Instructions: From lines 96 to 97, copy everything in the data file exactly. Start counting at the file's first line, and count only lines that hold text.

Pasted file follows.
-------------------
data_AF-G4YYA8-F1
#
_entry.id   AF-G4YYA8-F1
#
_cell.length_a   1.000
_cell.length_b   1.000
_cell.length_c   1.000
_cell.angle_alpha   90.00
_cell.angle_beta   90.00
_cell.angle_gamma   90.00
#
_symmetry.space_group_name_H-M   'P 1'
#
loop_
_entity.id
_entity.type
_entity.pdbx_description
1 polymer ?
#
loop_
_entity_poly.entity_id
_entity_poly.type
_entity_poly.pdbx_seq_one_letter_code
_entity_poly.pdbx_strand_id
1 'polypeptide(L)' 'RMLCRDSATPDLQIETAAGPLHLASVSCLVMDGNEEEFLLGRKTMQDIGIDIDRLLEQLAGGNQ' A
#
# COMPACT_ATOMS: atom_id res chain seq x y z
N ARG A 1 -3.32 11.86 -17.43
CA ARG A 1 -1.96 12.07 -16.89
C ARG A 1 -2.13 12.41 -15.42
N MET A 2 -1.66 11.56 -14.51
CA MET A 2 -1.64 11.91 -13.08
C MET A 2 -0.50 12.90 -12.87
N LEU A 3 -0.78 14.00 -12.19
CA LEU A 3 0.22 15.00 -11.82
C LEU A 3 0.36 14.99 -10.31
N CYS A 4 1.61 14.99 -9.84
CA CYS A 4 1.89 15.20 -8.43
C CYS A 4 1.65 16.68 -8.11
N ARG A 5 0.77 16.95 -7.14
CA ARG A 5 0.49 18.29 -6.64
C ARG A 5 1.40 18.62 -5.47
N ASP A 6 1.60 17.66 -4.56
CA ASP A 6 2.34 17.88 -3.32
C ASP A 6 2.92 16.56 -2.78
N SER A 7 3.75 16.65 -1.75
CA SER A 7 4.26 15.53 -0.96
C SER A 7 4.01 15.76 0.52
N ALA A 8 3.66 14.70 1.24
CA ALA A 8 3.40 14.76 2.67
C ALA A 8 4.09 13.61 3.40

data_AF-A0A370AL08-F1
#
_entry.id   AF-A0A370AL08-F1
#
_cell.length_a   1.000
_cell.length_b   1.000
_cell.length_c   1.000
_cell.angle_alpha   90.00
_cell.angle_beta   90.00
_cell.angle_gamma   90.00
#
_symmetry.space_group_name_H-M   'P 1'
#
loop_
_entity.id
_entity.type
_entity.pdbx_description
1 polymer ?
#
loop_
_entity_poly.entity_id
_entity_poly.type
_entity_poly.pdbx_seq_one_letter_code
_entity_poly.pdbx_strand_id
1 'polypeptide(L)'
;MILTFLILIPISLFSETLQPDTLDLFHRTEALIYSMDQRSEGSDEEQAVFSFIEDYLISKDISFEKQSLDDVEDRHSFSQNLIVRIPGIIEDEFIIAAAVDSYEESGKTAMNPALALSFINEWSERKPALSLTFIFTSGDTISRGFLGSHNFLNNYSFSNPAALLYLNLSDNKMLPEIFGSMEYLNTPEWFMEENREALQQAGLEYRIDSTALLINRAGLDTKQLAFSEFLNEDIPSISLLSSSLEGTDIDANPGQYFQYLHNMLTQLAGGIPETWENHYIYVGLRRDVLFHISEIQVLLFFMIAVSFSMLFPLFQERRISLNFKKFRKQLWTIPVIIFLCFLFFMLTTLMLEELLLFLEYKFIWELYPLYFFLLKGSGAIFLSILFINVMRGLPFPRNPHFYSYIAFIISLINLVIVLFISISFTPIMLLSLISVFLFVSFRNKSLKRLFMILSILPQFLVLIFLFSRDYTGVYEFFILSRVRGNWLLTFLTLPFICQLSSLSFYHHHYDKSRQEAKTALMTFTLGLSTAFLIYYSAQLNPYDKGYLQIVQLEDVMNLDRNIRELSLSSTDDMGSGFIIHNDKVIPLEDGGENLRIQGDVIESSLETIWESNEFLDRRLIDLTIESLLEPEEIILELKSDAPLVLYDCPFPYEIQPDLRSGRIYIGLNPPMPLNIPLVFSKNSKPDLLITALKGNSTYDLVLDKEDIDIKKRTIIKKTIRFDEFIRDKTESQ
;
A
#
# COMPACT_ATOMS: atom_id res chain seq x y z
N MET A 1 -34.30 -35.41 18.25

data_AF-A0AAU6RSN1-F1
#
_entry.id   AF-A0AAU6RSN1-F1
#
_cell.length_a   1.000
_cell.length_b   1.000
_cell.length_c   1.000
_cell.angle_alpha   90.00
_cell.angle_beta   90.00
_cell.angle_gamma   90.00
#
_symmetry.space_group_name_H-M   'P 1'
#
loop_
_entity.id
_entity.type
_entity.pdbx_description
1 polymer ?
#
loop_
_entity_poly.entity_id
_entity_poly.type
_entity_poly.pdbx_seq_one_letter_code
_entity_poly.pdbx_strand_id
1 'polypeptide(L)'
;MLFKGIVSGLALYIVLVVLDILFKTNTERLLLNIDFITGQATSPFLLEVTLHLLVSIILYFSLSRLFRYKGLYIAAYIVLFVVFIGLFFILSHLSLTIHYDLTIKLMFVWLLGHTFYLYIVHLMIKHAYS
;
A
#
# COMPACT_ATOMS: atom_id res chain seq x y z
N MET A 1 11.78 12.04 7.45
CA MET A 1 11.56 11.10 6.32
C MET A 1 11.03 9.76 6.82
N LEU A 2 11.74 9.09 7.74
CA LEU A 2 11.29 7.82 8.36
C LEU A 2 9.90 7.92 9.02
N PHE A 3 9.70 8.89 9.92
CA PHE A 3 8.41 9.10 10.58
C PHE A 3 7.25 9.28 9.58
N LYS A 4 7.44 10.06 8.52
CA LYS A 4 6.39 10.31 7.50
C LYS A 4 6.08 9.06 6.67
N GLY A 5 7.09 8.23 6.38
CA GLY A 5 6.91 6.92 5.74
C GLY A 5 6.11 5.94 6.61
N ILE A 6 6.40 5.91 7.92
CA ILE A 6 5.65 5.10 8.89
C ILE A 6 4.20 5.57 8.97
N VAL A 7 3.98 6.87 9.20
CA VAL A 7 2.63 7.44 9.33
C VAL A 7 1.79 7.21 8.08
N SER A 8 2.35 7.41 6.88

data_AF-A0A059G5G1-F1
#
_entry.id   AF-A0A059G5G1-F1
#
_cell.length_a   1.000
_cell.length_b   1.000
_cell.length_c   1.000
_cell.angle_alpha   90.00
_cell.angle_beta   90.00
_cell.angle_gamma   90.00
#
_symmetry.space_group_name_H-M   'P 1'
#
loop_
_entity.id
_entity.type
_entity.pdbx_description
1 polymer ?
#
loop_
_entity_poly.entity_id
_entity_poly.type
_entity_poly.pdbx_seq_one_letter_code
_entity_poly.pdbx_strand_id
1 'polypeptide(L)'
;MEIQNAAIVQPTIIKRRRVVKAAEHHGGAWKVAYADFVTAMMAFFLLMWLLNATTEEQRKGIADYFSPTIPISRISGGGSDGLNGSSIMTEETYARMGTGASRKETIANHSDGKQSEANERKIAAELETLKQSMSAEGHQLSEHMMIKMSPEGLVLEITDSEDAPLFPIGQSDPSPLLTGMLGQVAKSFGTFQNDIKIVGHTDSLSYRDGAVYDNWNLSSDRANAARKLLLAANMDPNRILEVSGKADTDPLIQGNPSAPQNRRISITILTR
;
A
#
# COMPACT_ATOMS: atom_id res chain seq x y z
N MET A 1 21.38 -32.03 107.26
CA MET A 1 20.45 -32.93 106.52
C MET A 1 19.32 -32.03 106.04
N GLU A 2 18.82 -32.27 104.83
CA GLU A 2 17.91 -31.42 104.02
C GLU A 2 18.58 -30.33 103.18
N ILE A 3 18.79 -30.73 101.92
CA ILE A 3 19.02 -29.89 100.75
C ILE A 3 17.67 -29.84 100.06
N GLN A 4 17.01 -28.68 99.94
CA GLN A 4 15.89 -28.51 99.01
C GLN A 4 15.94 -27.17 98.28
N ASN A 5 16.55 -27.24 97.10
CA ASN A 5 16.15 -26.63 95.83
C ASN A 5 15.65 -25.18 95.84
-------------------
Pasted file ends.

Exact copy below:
loop_
_entity.id